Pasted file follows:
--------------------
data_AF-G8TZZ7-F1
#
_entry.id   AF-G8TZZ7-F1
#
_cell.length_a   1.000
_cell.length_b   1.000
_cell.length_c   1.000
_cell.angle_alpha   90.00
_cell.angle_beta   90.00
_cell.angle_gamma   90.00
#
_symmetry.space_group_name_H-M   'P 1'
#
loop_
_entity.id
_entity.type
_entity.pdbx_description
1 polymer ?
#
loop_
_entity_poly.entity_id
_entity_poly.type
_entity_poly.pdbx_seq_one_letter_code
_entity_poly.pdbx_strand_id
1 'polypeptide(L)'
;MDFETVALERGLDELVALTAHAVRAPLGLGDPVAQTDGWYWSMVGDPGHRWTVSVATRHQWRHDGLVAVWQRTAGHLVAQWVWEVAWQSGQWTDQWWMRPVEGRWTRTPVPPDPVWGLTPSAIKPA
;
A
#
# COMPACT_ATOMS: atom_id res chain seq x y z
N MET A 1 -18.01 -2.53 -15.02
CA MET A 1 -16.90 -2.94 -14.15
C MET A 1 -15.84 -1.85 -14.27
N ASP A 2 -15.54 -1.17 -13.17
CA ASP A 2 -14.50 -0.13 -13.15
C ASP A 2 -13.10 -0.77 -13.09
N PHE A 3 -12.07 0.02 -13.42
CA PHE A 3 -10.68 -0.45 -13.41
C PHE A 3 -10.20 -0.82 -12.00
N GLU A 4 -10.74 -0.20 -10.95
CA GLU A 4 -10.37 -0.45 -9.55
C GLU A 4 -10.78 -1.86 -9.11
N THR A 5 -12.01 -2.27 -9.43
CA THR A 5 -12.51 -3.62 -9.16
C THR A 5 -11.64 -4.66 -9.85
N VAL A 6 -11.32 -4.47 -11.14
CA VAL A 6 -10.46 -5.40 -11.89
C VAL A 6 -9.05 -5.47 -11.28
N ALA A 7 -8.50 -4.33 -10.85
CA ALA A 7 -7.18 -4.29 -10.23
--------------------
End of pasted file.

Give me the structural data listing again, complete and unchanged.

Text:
data_AF-G8TZZ7-F1
#
_entry.id   AF-G8TZZ7-F1
#
_cell.length_a   1.000
_cell.length_b   1.000
_cell.length_c   1.000
_cell.angle_alpha   90.00
_cell.angle_beta   90.00
_cell.angle_gamma   90.00
#
_symmetry.space_group_name_H-M   'P 1'
#
loop_
_entity.id
_entity.type
_entity.pdbx_description
1 polymer ?
#
loop_
_entity_poly.entity_id
_entity_poly.type
_entity_poly.pdbx_seq_one_letter_code
_entity_poly.pdbx_strand_id
1 'polypeptide(L)'
;MDFETVALERGLDELVALTAHAVRAPLGLGDPVAQTDGWYWSMVGDPGHRWTVSVATRHQWRHDGLVAVWQRTAGHLVAQWVWEVAWQSGQWTDQWWMRPVEGRWTRTPVPPDPVWGLTPSAIKPA
;
A
#
# COMPACT_ATOMS: atom_id res chain seq x y z
N MET A 1 -18.01 -2.53 -15.02
CA MET A 1 -16.90 -2.94 -14.15
C MET A 1 -15.84 -1.85 -14.27
N ASP A 2 -15.54 -1.17 -13.17
CA ASP A 2 -14.50 -0.13 -13.15
C ASP A 2 -13.10 -0.77 -13.09
N PHE A 3 -12.07 0.02 -13.42
CA PHE A 3 -10.68 -0.45 -13.41
C PHE A 3 -10.20 -0.82 -12.00
N GLU A 4 -10.74 -0.20 -10.95
CA GLU A 4 -10.37 -0.45 -9.55
C GLU A 4 -10.78 -1.86 -9.11
N THR A 5 -12.01 -2.27 -9.43
CA THR A 5 -12.51 -3.62 -9.16
C THR A 5 -11.64 -4.66 -9.85
N VAL A 6 -11.32 -4.47 -11.14
CA VAL A 6 -10.46 -5.40 -11.89
C VAL A 6 -9.05 -5.47 -11.28
N ALA A 7 -8.50 -4.33 -10.85
CA ALA A 7 -7.18 -4.29 -10.23